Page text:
Yom Kippur

Yom Kippur in Pandemic Times

I had a surprisingly spiritual Yom Kippur.

I’m currently in Jerusalem; you might think the default should be it would be spiritual, but this year in the days and weeks leading up to the holiday, I wasn’t feeling it.

As I wrote in blog post on August 31, this year I felt like I didn’t have the energy to do the traditional cheshbon hanefesh, taking stock, examining my deeds. It’s been a rough year, for all of us.

Rosh Hashanah I still wasn’t really feeling it. I think all the judgment stuff just was not where my head was at this year. Services were nice enough, we had a nice holiday meal, but I still didn’t really feel connected and into it.

So it came as a pleasant surprise that Yom Kippur was very different. I did feel very spiritually connected. Sitting outside for Kol Nidre, saying those solemn prayers with the setting sun and the darkening sky suited me well. The more urgent pleas we make on Yom Kippur, “Come on God, give us another chance…yes we screwed up, and here’s a laundry list of all the ways we’ve screwed up, and we’ll repeat it until we’re sick of it, but please God, give us another year…” really resonated. I’m so done with this last year. In the Unataneh Tokef prayer when we ask, “who will live and who will die,” the line mi b’magefah, who by plague, had a completely different meaning and feeling than in years past, as the world now has a million people who’ve died from this horrible virus.

Yom Kippur morning was also lovely. I went to a 7:30am minyan. I’m an early riser anyway, and while on Shabbat I like to lounge in bed with coffee, breakfast, and the newspaper, that wasn’t happening on Yom Kippur so I figured I might as well go to the early minyan and beat the heat. Again, it was lovely sitting outside in a shady spot with a bit of breeze, praying in a small group of probably 16 or 17 people.  The service was much shorter than usual, we finished by about 10:30. Three hours for Yom Kippur is short. Four to five hours is more usual.

One of my daughters invited to come and teach something to her friends, and I really enjoyed digging into the meaning of the book of Jonah with a group of engaged and knowledgeable young people with a lot of interesting ideas. We sat on the grass near the tayelet, where we could look out and see the exact place where the Cohen Gadol did his elaborate ritual for the last time 1,951 years ago. So of course that was spiritually uplifting, and fun.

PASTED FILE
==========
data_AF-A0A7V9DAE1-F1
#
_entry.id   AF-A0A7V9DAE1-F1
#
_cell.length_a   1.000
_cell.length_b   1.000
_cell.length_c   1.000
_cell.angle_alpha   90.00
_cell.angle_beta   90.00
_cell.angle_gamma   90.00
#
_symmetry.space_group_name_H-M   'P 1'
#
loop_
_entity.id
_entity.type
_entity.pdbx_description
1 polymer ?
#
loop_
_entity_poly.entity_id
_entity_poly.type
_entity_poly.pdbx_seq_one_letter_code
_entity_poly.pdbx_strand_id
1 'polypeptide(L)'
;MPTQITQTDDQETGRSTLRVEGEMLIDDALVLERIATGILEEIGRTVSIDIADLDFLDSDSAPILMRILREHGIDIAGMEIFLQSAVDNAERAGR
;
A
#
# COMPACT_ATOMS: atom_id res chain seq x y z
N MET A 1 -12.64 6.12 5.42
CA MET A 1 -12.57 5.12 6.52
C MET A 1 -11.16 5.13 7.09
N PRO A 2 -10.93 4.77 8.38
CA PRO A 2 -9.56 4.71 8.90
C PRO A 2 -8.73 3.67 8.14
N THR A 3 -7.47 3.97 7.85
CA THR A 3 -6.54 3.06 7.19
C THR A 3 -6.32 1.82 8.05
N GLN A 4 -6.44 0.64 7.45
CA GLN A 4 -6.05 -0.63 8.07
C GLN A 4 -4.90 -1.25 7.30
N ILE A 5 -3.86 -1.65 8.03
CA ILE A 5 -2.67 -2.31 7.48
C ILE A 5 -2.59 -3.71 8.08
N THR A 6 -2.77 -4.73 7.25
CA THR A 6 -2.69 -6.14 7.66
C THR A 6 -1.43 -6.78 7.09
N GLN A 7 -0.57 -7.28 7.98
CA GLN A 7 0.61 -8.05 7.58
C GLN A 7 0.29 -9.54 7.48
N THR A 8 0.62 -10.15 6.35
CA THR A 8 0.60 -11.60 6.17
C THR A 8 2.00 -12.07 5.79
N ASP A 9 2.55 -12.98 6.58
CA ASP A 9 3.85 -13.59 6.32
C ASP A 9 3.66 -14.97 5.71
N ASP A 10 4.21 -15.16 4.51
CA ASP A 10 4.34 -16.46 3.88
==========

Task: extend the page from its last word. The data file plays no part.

And for Neilah, the closing service, I was back with another minyan in the street, praying with another one of my daughters and a few friends.

I’m so glad I was here, and had these wonderful outdoor minyans, instead of in the US, either leading a service on Zoom, or participating in a service on Zoom. I have to admit, I’m not a huge fan of Zoom services; if I wasn’t leading services, I probably would have just prayed on my own.

I think Yom Kippur worked much better for me this year than Rosh Hashanah because the idea of a fresh start, of putting the pain of the past year behind me, was so attractive. Most of the time I think I’m coping with the coronavirus restrictions and changes pretty well, most of the time I feel like it hasn’t impacted my mental health that much, but then sometimes I get hit by it, and it’s like “wow…this IS getting to me…”

Most post-holiday communications from synagogues are saying things like, “next year may we be back together as usual,” but I actually had a much better experience this year, being outdoors with a small group, than the usual experience of being indoors with a big group.

My prayer is that next year we’ll have the option – able to gather in a large group indoors as “normal,” but also able to pray with a small group outdoors if that’s what you find more spiritually uplifting.

Barry Leff

Rabbi Barry (Baruch) Leff is a dual Israeli-American business executive, teacher, speaker and writer who divides his time between Israel and the US.

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